Prochlorococcus is a genus of abundant and ecologically important marine cyanobacteria. Here, we present a comprehensive comparison of the structure and composition of the transcriptomes of two Prochlorococcus strains, which, despite their similarities, have adapted their gene pool to specific environmental constraints. We present genome-wide maps of transcriptional start sites (TSS) for both organisms, which are representatives of the two most diverse clades within the two major ecotypes adapted to high- and low-light conditions, respectively. Our data suggest antisense transcription for three-quarters of all genes, which is substantially more than that observed in other bacteria. We discovered hundreds of TSS within genes, most notably within 16 of the 29 prochlorosin genes, in strain MIT9313. A direct comparison revealed very little conservation in the location of TSS and the nature of non-coding transcripts between both strains. We detected extremely short 5′ untranslated regions with a median length of only 27 and 29 nt for MED4 and MIT9313, respectively, and for 8% of all protein-coding genes the median distance to the start codon is only 10 nt or even shorter. These findings and the absence of an obvious Shine–Dalgarno motif suggest that leaderless translation and ribosomal protein S1-dependent translation constitute alternative mechanisms for translation initiation in Prochlorococcus. We conclude that genome-wide antisense transcription is a major component of the transcriptional output from these relatively small genomes and that a hitherto unrecognized high degree of complexity and variability of gene expression exists in their transcriptional architecture.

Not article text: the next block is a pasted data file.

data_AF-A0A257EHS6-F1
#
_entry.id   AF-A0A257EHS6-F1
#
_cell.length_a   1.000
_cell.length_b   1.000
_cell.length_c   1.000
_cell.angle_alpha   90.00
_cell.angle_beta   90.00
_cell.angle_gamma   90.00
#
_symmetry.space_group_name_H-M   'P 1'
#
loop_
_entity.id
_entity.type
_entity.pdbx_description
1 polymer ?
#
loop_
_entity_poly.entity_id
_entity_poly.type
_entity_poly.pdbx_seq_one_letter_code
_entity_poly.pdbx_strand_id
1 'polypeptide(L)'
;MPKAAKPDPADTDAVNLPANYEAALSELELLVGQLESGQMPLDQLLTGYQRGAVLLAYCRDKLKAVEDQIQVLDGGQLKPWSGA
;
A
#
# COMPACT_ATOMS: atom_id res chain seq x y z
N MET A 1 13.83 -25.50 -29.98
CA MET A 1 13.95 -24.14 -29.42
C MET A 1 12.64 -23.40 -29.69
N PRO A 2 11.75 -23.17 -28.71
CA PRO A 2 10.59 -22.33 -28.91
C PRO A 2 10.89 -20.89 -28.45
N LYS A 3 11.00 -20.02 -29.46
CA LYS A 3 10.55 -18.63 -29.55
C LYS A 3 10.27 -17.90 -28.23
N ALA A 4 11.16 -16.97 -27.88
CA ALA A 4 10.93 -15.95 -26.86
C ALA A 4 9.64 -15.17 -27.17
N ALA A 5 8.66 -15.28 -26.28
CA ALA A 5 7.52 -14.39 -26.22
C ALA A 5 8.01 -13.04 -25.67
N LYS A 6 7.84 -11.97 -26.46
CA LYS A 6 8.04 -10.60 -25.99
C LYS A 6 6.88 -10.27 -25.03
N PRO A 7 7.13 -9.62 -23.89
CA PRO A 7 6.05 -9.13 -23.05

Prochlorococcus is a marine and unicellular cyanobacterium that populates the oligotrophic open oceans between 40°N and 40°S (Partensky et al., 1999). In these areas, Prochlorococcus numerically dominates the phytoplankton with up to 5 × 105 cells per ml, contributing a significant fraction of the photosynthetic biomass (Goericke and Welschmeyer, 1993;Vaulot et al., 1995). The oceanic ecosystem is strongly affected by the interplay between Prochlorococcus, cyanophage that infect Prochlorococcus and alphaproteobacteria of the SAR11 clade. Whereas the latter is dependent on organic matter produced by primary producers such as Prochlorococcus, cyanophage contribute to this interaction by lysing Prochlorococcus, hence making the organic matter available (Thompson et al., 2013). Two distinct ecotypes have been defined according to their adaptation to high-light (HL; for example, strain MED4) or low-light regimes (LL; for example, strain MIT9313) (Moore et al., 1995). However, other environmental factors, such as temperature, nutrients and competitor abundance, also affect the distribution of ecotypes (Johnson et al., 2006). The HL and LL ecotypes can be further divided into six distinct subclades, two within the high-light ecotype (HLI and HLII) and four within the low-light ecotype (LLI-LLIV) (Kettler et al., 2007). Within this classification, MED4 and MIT9313 represent the two most distantly related Prochlorococcus clades (HLI vs LLIV). Although their 16S rRNA is 97.5% identical, their protein-coding potential differs, with 1955 annotated protein-coding genes for MED4, 2843 for MIT9313 and a shared number of only 1447 genes (as determined by BLAST search using an e-value of 10−8). The suite of strain-specific open reading frames (ORFs) includes genes encoding photosynthetic proteins and also genes that are involved in nutrient uptake, assimilation and metabolic functions (Rocap et al., 2003; Kettler et al., 2007). This suggests that there could be ecotype-specific regulatory elements that specifically control these functions and therefore can be expected to differ between the two strains.